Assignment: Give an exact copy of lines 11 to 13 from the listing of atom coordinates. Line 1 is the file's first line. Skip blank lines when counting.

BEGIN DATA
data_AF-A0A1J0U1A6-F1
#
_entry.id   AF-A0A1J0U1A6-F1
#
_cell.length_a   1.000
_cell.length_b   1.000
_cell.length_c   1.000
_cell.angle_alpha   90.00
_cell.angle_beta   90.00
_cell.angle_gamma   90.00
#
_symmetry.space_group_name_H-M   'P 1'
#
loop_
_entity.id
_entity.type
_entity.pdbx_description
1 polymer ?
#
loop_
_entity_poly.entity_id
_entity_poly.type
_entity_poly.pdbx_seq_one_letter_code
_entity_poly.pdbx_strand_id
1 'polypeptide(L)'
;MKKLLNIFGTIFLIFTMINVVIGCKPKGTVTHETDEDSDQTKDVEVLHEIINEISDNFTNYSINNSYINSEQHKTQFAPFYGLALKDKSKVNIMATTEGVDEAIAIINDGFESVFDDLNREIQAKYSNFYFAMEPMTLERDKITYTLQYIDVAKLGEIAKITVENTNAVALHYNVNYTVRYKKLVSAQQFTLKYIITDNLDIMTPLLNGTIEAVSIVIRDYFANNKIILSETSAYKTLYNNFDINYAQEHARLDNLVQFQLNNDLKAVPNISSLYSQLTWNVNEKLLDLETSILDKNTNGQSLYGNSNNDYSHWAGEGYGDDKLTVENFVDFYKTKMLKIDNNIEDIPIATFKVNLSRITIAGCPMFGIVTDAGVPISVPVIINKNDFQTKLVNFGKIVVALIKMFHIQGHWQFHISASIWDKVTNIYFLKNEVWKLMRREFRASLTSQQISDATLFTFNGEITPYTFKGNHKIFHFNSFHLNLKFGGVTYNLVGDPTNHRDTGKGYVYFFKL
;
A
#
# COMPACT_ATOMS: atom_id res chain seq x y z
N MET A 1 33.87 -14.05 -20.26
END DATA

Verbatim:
#
_symmetry.space_group_name_H-M   'P 1'
#